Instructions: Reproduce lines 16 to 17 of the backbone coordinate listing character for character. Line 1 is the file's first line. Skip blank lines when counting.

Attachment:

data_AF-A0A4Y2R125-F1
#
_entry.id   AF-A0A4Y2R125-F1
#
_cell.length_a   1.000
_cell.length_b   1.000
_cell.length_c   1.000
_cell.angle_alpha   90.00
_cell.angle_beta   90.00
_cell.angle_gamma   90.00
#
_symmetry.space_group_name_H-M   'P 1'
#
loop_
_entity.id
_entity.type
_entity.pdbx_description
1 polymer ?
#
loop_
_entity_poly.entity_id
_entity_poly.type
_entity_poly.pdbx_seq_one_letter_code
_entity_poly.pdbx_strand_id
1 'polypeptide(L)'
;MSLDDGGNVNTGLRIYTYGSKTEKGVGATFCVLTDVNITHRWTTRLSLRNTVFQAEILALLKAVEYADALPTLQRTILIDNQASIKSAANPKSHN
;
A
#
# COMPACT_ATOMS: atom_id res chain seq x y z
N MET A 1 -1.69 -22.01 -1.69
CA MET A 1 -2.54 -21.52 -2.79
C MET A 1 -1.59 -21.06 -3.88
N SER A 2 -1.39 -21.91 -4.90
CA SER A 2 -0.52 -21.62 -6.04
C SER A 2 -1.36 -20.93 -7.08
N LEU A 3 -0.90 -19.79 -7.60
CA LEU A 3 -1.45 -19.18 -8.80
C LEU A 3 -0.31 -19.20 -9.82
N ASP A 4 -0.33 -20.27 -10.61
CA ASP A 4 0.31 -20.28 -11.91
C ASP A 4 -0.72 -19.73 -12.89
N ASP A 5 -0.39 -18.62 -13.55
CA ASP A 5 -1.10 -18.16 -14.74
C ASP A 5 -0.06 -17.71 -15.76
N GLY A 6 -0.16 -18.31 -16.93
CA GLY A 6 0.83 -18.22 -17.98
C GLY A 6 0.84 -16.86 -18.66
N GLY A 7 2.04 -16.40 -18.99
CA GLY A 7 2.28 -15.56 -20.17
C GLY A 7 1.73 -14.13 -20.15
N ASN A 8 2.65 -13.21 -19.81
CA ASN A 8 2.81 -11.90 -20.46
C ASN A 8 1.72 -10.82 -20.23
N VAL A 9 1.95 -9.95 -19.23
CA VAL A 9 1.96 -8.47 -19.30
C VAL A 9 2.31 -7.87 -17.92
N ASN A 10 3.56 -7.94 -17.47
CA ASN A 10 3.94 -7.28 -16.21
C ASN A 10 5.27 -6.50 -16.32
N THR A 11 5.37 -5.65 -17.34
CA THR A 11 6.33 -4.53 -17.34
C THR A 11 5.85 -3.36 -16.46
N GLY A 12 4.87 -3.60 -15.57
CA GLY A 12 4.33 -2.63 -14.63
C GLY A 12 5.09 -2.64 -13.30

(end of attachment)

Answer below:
_entity.type
_entity.pdbx_description